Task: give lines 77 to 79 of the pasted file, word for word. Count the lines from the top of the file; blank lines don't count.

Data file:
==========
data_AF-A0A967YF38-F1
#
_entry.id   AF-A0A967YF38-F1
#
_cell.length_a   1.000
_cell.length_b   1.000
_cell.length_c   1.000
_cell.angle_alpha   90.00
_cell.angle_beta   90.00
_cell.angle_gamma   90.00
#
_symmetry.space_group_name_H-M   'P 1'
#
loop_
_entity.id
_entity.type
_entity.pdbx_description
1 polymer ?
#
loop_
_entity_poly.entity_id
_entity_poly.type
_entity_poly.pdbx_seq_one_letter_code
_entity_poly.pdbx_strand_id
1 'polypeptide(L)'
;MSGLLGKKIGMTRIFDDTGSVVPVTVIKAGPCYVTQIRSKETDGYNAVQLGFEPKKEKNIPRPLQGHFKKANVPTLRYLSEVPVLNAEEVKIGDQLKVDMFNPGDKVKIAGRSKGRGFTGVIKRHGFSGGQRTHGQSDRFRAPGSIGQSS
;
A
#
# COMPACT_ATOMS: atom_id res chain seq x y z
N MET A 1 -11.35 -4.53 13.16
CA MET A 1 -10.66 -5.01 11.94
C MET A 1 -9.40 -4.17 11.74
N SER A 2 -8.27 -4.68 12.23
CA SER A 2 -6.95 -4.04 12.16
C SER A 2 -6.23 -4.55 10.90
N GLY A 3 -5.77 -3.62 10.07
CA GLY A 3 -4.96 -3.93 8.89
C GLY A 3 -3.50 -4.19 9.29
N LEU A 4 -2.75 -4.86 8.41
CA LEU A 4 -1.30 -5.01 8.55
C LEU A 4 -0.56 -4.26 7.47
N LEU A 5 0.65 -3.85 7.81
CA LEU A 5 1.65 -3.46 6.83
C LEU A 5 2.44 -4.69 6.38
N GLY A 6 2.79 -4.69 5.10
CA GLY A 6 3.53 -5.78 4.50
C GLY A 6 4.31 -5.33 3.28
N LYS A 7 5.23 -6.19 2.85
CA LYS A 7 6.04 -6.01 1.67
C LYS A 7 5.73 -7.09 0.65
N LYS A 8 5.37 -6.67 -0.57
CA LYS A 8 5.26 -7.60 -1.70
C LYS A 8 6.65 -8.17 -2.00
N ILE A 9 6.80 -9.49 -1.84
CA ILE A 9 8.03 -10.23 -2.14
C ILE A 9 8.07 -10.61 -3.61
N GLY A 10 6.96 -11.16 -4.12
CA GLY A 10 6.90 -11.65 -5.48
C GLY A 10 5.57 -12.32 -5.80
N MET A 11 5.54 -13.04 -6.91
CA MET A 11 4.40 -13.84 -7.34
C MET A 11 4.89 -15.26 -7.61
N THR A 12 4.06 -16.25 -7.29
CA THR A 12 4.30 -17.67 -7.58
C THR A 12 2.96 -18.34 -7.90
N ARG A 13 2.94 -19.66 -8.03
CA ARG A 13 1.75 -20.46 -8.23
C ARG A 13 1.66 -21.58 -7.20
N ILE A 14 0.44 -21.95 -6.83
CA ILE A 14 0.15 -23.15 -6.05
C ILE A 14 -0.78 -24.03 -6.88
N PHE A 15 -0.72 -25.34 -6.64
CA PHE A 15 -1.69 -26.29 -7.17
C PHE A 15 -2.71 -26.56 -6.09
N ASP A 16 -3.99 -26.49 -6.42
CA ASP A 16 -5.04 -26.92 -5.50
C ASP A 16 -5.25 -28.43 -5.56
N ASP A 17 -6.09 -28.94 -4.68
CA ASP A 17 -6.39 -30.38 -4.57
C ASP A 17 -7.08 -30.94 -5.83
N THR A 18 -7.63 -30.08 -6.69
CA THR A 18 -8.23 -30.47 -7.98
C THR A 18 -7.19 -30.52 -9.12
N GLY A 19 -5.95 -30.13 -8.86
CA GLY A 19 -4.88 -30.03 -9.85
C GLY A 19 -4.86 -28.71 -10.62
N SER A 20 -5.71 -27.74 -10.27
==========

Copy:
CA ASP A 16 -5.04 -26.92 -5.50
C ASP A 16 -5.25 -28.43 -5.56
N ASP A 17 -6.09 -28.94 -4.68